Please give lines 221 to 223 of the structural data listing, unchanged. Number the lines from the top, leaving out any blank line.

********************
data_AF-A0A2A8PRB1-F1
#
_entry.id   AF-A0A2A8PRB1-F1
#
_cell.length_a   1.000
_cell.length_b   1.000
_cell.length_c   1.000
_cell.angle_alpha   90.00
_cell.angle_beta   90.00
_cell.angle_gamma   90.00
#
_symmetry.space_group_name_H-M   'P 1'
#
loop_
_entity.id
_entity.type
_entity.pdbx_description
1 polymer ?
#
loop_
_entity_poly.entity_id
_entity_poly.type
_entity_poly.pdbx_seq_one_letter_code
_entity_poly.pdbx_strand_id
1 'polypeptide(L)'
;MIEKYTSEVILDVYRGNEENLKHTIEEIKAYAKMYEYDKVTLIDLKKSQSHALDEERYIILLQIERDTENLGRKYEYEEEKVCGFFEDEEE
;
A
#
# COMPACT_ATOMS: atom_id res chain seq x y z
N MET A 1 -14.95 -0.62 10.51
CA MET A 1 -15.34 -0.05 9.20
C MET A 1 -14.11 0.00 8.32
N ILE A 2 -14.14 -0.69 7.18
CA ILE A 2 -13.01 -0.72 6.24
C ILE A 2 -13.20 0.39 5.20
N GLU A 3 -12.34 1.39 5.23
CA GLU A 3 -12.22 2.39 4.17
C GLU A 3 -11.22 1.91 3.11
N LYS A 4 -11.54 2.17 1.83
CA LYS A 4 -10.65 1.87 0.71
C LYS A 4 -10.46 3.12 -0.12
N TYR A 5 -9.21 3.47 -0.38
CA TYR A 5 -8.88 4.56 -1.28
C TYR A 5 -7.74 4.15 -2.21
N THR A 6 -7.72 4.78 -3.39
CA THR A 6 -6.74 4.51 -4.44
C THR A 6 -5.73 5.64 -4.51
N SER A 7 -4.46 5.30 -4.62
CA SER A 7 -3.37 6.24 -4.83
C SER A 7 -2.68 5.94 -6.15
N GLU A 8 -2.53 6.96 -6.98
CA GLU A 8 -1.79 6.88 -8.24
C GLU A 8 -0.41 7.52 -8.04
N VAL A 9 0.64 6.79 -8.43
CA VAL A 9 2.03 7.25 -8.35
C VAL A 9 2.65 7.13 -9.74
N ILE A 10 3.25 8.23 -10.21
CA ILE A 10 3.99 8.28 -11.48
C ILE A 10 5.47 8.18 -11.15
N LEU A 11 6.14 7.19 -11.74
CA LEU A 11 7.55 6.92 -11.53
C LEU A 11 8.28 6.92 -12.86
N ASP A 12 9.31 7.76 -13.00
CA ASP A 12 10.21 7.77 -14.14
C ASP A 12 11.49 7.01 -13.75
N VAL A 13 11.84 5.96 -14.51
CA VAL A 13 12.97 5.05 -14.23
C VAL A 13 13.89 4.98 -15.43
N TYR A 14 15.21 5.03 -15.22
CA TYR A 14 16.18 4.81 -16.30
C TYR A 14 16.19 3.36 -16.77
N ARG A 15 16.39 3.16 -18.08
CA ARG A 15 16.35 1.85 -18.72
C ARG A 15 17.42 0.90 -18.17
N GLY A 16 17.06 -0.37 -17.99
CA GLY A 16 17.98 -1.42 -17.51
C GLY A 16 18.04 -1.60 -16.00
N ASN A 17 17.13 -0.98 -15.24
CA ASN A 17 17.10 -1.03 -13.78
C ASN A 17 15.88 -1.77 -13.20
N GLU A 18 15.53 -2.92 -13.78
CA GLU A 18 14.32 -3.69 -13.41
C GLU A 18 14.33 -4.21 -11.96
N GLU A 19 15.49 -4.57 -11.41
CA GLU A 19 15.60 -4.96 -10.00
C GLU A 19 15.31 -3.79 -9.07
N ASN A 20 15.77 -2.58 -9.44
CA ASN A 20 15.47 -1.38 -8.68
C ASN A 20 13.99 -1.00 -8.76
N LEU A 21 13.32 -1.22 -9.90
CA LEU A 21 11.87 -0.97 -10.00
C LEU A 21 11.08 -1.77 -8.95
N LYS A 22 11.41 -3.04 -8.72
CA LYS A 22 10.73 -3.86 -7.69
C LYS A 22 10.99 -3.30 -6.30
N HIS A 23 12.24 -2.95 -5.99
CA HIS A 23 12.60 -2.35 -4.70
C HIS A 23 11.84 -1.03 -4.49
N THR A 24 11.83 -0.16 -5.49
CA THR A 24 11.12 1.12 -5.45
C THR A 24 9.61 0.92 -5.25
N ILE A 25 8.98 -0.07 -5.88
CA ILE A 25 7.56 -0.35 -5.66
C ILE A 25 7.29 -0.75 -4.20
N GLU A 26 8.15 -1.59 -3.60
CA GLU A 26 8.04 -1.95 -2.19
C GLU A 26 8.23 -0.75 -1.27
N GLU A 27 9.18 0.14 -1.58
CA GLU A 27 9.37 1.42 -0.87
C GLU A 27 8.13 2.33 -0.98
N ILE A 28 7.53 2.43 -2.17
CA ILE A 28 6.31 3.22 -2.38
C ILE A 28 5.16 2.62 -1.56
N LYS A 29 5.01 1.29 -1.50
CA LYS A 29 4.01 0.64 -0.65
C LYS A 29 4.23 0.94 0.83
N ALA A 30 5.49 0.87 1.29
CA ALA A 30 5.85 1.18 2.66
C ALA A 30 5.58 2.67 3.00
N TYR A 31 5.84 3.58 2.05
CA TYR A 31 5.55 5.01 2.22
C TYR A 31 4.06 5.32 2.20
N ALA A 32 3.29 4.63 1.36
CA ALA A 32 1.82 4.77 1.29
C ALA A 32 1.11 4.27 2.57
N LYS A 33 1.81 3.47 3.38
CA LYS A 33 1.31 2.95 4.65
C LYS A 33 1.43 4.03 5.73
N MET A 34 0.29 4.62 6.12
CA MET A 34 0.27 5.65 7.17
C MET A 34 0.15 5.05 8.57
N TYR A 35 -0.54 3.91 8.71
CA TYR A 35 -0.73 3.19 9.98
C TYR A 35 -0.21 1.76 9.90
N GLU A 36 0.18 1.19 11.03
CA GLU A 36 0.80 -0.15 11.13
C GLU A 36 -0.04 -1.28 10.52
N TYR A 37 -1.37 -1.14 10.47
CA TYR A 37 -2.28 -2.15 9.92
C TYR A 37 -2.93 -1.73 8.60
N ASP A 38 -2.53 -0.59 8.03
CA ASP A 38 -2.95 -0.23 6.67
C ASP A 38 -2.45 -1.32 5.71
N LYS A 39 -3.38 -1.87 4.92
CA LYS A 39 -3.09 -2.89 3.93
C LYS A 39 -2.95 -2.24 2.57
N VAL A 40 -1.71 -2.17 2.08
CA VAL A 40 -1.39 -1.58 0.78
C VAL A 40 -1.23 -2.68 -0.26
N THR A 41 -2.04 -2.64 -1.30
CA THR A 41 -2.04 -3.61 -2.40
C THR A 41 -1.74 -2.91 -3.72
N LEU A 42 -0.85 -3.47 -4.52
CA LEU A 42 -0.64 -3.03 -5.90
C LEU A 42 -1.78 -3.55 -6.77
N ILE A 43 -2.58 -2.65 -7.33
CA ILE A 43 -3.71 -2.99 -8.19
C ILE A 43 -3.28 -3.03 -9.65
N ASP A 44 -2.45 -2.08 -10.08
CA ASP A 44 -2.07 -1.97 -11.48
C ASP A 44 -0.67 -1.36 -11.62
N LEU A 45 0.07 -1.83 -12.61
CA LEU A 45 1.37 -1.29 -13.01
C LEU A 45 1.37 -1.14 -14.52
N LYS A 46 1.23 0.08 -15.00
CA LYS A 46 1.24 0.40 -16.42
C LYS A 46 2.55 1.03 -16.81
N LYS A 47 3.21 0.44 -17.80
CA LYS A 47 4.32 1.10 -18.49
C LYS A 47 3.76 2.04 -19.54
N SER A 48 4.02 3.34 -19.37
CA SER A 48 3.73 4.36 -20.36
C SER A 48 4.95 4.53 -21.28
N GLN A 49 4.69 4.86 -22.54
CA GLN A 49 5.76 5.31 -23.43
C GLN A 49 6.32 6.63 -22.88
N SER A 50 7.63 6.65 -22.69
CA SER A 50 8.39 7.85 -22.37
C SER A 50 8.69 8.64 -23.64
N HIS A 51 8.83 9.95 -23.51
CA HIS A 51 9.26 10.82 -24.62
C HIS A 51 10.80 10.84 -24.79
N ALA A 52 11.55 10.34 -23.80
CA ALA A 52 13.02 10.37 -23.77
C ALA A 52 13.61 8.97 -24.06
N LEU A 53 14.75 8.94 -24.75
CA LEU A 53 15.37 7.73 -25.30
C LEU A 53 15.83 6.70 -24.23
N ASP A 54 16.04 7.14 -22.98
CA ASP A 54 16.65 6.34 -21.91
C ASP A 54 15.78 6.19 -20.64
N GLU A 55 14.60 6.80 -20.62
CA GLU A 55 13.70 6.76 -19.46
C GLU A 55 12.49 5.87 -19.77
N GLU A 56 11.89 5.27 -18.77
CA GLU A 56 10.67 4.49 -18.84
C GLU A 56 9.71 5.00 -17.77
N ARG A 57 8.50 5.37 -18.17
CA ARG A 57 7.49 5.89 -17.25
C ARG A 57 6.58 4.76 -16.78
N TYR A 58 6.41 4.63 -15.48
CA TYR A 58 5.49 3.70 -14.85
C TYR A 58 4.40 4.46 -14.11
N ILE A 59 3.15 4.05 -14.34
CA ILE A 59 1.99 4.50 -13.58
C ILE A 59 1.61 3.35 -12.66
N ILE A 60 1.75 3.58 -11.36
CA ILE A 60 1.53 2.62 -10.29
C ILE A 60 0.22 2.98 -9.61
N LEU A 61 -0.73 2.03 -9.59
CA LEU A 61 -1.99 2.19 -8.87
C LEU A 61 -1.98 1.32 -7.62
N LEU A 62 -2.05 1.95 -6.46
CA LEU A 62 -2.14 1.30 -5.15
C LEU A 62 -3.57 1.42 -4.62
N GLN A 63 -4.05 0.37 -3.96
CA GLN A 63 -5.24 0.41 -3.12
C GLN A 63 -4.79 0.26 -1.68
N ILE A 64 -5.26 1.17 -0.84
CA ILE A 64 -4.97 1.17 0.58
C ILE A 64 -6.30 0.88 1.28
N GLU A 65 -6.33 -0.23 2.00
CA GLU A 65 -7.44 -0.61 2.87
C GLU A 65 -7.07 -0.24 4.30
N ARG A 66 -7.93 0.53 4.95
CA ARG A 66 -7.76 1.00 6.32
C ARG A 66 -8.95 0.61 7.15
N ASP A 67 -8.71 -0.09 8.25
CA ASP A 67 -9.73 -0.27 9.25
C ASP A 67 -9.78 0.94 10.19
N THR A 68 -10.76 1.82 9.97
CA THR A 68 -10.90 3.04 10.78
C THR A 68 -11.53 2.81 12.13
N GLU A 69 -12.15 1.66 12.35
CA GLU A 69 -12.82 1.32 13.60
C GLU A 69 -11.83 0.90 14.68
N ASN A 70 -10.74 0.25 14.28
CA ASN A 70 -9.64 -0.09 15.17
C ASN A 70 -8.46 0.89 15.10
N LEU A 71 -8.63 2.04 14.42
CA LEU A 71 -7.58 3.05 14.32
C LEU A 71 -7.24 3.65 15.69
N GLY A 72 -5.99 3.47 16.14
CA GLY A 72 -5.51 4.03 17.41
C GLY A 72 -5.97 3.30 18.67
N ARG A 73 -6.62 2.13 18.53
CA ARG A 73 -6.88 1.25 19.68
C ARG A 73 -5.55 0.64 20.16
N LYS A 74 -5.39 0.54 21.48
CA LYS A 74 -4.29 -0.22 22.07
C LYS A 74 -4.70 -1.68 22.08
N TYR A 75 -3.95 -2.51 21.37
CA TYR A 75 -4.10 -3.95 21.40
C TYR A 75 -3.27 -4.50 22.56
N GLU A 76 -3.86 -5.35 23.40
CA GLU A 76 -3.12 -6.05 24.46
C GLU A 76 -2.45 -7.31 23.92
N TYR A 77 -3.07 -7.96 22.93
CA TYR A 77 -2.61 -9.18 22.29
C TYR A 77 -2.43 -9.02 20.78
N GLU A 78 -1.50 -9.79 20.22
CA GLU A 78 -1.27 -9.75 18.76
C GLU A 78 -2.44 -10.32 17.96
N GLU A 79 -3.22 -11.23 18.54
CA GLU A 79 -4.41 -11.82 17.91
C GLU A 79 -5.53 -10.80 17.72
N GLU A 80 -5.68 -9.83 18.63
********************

CA ILE A 64 -4.97 1.17 0.58
C ILE A 64 -6.30 0.88 1.28
N GLU A 65 -6.33 -0.23 2.00